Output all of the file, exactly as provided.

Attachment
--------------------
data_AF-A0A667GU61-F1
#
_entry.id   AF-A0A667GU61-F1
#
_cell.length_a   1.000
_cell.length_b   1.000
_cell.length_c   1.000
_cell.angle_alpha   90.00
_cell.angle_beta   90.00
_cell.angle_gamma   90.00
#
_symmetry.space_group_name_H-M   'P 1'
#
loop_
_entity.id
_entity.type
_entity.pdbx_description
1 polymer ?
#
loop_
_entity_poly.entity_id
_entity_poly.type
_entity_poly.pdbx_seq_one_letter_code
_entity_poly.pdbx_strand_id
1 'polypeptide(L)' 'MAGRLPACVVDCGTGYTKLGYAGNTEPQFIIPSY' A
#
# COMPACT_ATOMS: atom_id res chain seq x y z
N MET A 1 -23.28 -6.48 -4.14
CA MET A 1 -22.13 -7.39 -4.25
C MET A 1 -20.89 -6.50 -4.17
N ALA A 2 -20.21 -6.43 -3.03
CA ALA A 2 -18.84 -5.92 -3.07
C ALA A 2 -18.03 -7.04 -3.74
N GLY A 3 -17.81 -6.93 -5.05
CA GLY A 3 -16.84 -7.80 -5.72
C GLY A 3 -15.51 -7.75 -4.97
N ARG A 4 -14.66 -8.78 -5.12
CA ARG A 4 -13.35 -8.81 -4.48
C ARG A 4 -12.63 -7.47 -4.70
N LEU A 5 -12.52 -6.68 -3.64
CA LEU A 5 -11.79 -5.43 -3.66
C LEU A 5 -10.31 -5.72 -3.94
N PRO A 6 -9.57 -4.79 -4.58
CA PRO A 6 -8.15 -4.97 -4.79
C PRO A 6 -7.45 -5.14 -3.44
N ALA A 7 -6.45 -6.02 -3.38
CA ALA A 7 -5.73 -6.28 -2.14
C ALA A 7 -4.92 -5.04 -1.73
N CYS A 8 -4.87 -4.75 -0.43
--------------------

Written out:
data_AF-A0A667GU61-F1
#
_entry.id   AF-A0A667GU61-F1
#
_cell.length_a   1.000
_cell.length_b   1.000
_cell.length_c   1.000
_cell.angle_alpha   90.00
_cell.angle_beta   90.00
_cell.angle_gamma   90.00
#
_symmetry.space_group_name_H-M   'P 1'
#
loop_
_entity.id
_entity.type
_entity.pdbx_description
1 polymer ?
#
loop_
_entity_poly.entity_id
_entity_poly.type
_entity_poly.pdbx_seq_one_letter_code
_entity_poly.pdbx_strand_id
1 'polypeptide(L)' 'MAGRLPACVVDCGTGYTKLGYAGNTEPQFIIPSY' A
#
# COMPACT_ATOMS: atom_id res chain seq x y z
N MET A 1 -23.28 -6.48 -4.14
CA MET A 1 -22.13 -7.39 -4.25
C MET A 1 -20.89 -6.50 -4.17
N ALA A 2 -20.21 -6.43 -3.03
CA ALA A 2 -18.84 -5.92 -3.07
C ALA A 2 -18.03 -7.04 -3.74
N GLY A 3 -17.81 -6.93 -5.05
CA GLY A 3 -16.84 -7.80 -5.72
C GLY A 3 -15.51 -7.75 -4.97
N ARG A 4 -14.66 -8.78 -5.12
CA ARG A 4 -13.35 -8.81 -4.48
C ARG A 4 -12.63 -7.47 -4.70
N LEU A 5 -12.52 -6.68 -3.64
CA LEU A 5 -11.79 -5.43 -3.66
C LEU A 5 -10.31 -5.72 -3.94
N PRO A 6 -9.57 -4.79 -4.58
CA PRO A 6 -8.15 -4.97 -4.79
C PRO A 6 -7.45 -5.14 -3.44
N ALA A 7 -6.45 -6.02 -3.38
CA ALA A 7 -5.73 -6.28 -2.14
C ALA A 7 -4.92 -5.04 -1.73
N CYS A 8 -4.87 -4.75 -0.43